Notes on some of the more recent additions to the ethnological collection, Australian Museum. No. 1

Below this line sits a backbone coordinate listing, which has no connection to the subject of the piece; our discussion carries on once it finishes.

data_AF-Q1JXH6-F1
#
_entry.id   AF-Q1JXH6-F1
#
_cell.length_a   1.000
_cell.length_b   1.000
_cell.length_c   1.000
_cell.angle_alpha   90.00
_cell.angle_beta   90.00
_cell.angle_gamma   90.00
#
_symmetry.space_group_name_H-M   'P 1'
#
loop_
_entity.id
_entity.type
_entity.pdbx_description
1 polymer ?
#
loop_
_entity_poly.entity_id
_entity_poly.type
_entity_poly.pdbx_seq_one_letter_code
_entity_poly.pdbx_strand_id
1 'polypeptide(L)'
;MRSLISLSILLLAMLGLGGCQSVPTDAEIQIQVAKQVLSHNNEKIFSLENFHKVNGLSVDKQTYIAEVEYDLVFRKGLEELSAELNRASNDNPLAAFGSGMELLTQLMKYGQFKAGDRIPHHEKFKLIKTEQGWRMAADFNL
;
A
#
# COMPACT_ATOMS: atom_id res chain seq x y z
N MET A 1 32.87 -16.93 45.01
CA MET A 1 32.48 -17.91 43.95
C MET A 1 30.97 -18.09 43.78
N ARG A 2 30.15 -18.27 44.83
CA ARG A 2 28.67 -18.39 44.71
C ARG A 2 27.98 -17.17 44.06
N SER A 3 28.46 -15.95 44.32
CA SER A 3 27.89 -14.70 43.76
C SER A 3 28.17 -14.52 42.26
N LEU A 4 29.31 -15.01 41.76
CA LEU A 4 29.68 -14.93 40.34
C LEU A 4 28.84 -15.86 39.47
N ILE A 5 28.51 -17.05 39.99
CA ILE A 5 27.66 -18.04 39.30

The use of "Knuckle-dusters" (Plate xlviii., figs. 2, 3) on some of the Pacific Islands is noteworthy. They are made of thick plaited and knotted sinnet cord, roughly shaped to the outline of the backs of the hands clenched, stiff and rigid, and answer more to the Roman cestus than to the modern boxing-glove. The positions corresponding to thumbs and index finger knuckles are raised into hard and formidable protuberances. Each "duster" is held in position on the hand by a thumb loop, and loops for the first and second fingers, placed along the front edge, through which the fingers are passed before the hand is clenched, and a long wrist cord, which wraps round the wrist several times. The weight is five and a half ounces. These were purchased as coming from Santa Cruz, but later information induces me to believe that they are from the Ellice Group. Cook described boxing matches as indulged in by both sexes on the island of Hapalee in the Tongan or Friendly Group. It appears the boxers held a piece of cord in one hand, which they wrapped firmly about it when they proceeded to box. Mariner, in his "Account of the Natives of the Tongan Islands," beyond quoting Cook, makes no remark on the subject. Ellis says that amongst the Tahitians, moto-raa, or boxing, was conducted with the open fist. On the Ellice and Tongan Groups, a much more formidable hand-cover was used, but on the palm. Mariner describes it as a glove set with shark's teeth, the latter" being fixed in three rows on the palm and fingers of a species of glove made of the plaited bark of the heabo; and both hands being armed in this manner, every man endeavours to come to a close scuffle with his antagonist, and to tear open his bowels, with these horrid weapons."